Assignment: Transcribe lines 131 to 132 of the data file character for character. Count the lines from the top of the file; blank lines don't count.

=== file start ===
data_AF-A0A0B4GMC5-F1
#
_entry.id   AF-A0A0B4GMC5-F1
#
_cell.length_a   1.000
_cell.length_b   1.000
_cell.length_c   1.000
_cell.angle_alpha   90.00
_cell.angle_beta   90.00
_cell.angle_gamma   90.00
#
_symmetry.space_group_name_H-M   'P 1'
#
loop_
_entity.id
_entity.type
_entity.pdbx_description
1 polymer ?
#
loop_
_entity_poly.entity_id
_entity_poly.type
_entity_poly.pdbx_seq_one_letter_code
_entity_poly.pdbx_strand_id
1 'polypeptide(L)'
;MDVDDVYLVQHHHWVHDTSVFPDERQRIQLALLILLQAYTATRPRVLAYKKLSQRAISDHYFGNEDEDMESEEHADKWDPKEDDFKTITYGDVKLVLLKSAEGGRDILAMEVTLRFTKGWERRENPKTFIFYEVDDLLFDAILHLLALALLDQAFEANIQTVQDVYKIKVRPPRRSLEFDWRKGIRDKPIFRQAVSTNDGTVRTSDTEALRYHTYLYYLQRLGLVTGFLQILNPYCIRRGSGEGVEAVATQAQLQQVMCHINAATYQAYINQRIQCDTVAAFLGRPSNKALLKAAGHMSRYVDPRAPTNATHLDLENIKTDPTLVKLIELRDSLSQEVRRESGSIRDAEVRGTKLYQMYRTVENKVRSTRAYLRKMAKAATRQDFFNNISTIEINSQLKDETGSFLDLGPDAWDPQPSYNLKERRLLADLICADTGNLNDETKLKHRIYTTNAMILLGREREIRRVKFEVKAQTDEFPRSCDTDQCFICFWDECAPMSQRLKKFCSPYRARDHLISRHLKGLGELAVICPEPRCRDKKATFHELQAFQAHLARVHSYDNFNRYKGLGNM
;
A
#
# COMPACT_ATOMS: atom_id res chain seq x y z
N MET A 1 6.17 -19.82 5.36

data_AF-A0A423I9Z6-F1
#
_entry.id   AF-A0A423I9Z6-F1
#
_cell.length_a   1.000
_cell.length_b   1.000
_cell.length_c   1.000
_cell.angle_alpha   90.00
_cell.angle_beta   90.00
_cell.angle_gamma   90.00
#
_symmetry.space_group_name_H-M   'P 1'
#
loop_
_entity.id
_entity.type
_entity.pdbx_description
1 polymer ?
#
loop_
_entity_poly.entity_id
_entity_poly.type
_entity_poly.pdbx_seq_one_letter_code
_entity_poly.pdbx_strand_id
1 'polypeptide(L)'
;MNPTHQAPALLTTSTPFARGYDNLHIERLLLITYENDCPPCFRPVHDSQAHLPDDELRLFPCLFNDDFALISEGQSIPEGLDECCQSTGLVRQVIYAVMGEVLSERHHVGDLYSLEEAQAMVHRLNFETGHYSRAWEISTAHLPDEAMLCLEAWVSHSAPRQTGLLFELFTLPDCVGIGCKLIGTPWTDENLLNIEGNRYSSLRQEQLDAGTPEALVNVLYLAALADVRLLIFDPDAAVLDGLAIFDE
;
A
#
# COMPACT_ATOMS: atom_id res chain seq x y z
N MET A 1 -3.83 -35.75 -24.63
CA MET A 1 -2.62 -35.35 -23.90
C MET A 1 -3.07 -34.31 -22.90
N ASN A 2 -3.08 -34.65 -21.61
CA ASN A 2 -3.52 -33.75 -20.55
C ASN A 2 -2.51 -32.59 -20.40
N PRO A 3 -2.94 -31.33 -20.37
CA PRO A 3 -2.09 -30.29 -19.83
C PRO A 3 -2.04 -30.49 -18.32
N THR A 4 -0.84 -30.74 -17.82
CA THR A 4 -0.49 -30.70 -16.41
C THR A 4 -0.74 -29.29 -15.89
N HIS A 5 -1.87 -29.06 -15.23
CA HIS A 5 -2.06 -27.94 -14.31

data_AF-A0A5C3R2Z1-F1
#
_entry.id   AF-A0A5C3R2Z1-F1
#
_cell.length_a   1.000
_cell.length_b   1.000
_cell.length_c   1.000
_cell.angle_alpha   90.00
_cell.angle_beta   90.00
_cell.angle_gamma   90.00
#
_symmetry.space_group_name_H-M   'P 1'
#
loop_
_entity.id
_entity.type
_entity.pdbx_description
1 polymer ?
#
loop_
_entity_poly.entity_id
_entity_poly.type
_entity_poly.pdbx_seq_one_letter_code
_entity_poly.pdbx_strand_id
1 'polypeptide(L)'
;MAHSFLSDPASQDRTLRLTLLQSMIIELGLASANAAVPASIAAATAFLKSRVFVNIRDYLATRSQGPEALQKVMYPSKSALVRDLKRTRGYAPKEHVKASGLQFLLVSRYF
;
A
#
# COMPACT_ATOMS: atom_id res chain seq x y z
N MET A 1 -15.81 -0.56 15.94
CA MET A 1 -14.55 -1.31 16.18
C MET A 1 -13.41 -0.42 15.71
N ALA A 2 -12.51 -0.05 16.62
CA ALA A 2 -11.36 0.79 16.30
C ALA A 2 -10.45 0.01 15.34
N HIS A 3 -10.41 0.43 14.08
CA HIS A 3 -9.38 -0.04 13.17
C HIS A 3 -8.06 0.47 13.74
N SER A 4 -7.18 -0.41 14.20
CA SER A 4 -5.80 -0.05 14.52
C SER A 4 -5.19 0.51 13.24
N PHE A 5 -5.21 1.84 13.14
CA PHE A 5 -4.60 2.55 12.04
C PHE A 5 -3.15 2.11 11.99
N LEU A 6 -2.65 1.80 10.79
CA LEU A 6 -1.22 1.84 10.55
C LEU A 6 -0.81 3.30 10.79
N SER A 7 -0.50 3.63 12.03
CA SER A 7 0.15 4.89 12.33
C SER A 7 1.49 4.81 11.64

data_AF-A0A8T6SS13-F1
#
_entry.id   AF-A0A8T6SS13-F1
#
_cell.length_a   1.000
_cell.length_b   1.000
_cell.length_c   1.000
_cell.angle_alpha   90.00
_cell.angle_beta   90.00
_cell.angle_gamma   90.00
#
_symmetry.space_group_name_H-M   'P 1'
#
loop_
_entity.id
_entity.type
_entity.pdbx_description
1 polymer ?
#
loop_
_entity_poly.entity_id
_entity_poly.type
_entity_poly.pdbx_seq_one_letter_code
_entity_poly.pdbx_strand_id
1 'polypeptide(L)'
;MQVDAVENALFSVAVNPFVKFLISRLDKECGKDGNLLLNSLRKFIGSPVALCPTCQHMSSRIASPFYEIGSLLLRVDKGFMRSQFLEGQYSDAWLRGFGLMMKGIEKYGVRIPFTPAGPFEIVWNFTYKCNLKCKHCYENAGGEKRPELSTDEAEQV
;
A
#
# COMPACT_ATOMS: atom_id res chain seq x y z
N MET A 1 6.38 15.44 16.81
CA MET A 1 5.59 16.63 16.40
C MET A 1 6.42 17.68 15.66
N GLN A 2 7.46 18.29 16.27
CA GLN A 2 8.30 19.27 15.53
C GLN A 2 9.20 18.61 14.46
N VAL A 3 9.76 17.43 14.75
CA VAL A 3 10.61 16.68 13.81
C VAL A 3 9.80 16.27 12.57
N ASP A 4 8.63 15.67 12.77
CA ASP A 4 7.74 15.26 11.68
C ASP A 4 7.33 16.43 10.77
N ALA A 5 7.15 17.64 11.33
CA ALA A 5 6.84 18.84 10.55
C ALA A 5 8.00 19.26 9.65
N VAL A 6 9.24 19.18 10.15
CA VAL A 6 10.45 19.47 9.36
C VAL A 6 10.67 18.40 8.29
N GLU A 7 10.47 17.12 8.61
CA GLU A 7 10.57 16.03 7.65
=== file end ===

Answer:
_cell.length_a   1.000
_cell.length_b   1.000